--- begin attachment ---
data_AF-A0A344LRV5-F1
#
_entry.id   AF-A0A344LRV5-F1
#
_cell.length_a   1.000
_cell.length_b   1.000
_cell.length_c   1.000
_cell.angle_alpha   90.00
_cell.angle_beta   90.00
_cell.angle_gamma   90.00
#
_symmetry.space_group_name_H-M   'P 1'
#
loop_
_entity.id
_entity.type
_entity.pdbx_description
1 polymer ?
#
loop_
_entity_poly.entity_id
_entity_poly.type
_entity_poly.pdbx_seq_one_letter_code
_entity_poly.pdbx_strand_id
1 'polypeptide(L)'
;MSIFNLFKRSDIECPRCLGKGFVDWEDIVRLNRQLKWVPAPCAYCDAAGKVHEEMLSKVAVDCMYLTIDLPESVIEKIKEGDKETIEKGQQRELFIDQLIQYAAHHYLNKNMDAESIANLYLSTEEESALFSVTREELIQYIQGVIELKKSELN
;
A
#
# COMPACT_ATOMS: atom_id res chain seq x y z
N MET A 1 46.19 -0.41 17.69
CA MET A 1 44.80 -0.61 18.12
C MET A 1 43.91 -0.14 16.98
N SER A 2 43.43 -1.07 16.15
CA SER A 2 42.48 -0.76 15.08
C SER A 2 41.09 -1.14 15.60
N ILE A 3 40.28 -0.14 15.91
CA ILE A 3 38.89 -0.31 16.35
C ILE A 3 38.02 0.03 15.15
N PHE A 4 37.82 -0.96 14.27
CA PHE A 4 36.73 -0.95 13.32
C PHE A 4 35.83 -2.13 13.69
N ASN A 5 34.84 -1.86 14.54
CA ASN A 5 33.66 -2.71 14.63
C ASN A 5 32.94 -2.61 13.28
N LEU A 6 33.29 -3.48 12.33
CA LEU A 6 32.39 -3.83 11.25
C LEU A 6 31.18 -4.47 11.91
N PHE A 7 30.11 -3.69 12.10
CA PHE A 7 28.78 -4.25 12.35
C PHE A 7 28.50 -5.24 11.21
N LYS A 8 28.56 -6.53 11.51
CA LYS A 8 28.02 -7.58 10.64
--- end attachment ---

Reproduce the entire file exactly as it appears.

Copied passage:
data_AF-A0A344LRV5-F1
#
_entry.id   AF-A0A344LRV5-F1
#
_cell.length_a   1.000
_cell.length_b   1.000
_cell.length_c   1.000
_cell.angle_alpha   90.00
_cell.angle_beta   90.00
_cell.angle_gamma   90.00
#
_symmetry.space_group_name_H-M   'P 1'
#
loop_
_entity.id
_entity.type
_entity.pdbx_description
1 polymer ?
#
loop_
_entity_poly.entity_id
_entity_poly.type
_entity_poly.pdbx_seq_one_letter_code
_entity_poly.pdbx_strand_id
1 'polypeptide(L)'
;MSIFNLFKRSDIECPRCLGKGFVDWEDIVRLNRQLKWVPAPCAYCDAAGKVHEEMLSKVAVDCMYLTIDLPESVIEKIKEGDKETIEKGQQRELFIDQLIQYAAHHYLNKNMDAESIANLYLSTEEESALFSVTREELIQYIQGVIELKKSELN
;
A
#
# COMPACT_ATOMS: atom_id res chain seq x y z
N MET A 1 46.19 -0.41 17.69
CA MET A 1 44.80 -0.61 18.12
C MET A 1 43.91 -0.14 16.98
N SER A 2 43.43 -1.07 16.15
CA SER A 2 42.48 -0.76 15.08
C SER A 2 41.09 -1.14 15.60
N ILE A 3 40.28 -0.14 15.91
CA ILE A 3 38.89 -0.31 16.35
C ILE A 3 38.02 0.03 15.15
N PHE A 4 37.82 -0.96 14.27
CA PHE A 4 36.73 -0.95 13.32
C PHE A 4 35.83 -2.13 13.69
N ASN A 5 34.84 -1.86 14.54
CA ASN A 5 33.66 -2.71 14.63
C ASN A 5 32.94 -2.61 13.28
N LEU A 6 33.29 -3.48 12.33
CA LEU A 6 32.39 -3.83 11.25
C LEU A 6 31.18 -4.47 11.91
N PHE A 7 30.11 -3.69 12.10
CA PHE A 7 28.78 -4.25 12.35
C PHE A 7 28.50 -5.24 11.21
N LYS A 8 28.56 -6.53 11.51
CA LYS A 8 28.02 -7.58 10.64